Remote locations will experience some of the biggest benefits. By utilizing spinning reserves to charge batteries, improving load range management and efficiency, and discharging during low peak hours, battery storage can significantly improve fuel efficiency and reduce consumption. For those municipalities looking for a more efficient source of power, supplementing with battery storage, provides a simple and effective plug-in solution.

CHP supports sustainability and emissions goals 

Deployments of combined cool/heat power (CHP) is yet another power systems solution helping to conserve energy and further reduce emissions.  CHP systems have the ability to run at a combined efficiency of up to 90 percent, helping to offset natural gas consumption. They use the waste heat from electric power generation for heating, cooling, dehumidification and other processing applications. 

For businesses like greenhouses, municipalities looking at district heating, or islanded remote locations who have an increased focus on sustainability, CHP provides the heat they need while lowering energy costs by combining both sources with one asset. Providing reliable power and lowering GHG emissions.

Green hydrogen is quickly gaining traction

You can’t talk about power solutions without mentioning green hydrogen. There are big opportunities for it to be applied across a wide range of sectors, in particular the oil and gas industry, which faces significant hurdles around cutting fossil fuels. Scaling up green hydrogen will be essential to helping global economies achieve net zero emissions by 2050.

Green hydrogen is produced using electricity from renewable resources. This may help solve the storage problem that plagues wind and solar power. When demand for renewables is low, excess electricity can be used to power the electrolysis that is needed to split the hydrogen and oxygen molecules. The hydrogen can then be stored or sent down a pipeline.

Gas engines can blend H2 today.  From existing fleets to new products with their adaptability for the short term and long term, H2 is gaining momentum in the industry.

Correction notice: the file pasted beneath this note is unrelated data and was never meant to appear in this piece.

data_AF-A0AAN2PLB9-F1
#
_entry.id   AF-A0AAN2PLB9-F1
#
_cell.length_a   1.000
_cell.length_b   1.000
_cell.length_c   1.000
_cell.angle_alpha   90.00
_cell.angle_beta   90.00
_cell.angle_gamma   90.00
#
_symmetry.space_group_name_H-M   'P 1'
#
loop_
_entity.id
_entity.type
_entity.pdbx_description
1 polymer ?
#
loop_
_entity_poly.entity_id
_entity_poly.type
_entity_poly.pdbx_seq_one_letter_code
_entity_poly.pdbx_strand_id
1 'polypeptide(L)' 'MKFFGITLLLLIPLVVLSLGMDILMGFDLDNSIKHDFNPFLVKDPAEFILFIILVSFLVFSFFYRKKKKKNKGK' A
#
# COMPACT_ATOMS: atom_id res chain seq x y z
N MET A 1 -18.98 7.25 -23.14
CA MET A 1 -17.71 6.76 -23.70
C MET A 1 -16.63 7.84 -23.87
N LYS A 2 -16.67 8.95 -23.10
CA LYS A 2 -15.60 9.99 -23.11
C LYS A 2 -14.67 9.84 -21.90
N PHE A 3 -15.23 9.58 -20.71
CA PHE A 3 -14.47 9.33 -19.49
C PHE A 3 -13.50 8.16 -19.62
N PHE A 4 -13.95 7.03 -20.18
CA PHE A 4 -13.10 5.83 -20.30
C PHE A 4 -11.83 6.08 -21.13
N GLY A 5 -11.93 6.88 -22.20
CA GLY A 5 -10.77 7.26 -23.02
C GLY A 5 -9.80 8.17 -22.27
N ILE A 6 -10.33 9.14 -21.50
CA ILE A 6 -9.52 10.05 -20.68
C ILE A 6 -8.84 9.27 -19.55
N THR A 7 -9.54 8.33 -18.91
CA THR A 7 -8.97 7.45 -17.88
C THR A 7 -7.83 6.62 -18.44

Dealers can provide support to mitigate equipment failures and downtime

Reliable power is crucial for production, helping to control costs and provide peace of mind. When a generator goes down one of the biggest challenges is having the right parts and technicians available to get it back up and running. Many dealers now offer flexible, customized service agreements based on the customer's business needs. Providing access to reliable service, parts, repairs and immediate response, as your equipment can be monitored remotely, whether you rent or buy. 

Technology specialists and data analysts can also be used to monitor machine activity and analyze data to help counteract potentially negative outcomes and mitigate failures. When companies go this route, it allows the technicians the ability to restart the generator or provide backup power if needed. Dealers can provide real-time generator status and insights on the generator’s battery voltage and coolant temperature so companies can be confident that their generator will start on command.

Adapting to a changing environment

When it comes to power generation technology, there is no one-size-fits-all solution. When considering a power generation portfolio, diversity of supply and maintaining a balance should be a priority, whether systems are purchased or rented.

Power generation technology is advancing quickly and it’s resulting in significant emissions reductions, quieter operation, increased fuel efficiency, optimized performance and greater reliability. Emission regulations are here to stay but perception is also shaping the way companies are operating - and to stay competitive, they will need to embark on a new way of thinking about power generation and how to reduce their environmental footprint.

Dan Tuan is director, power systems sales, Finning Canada.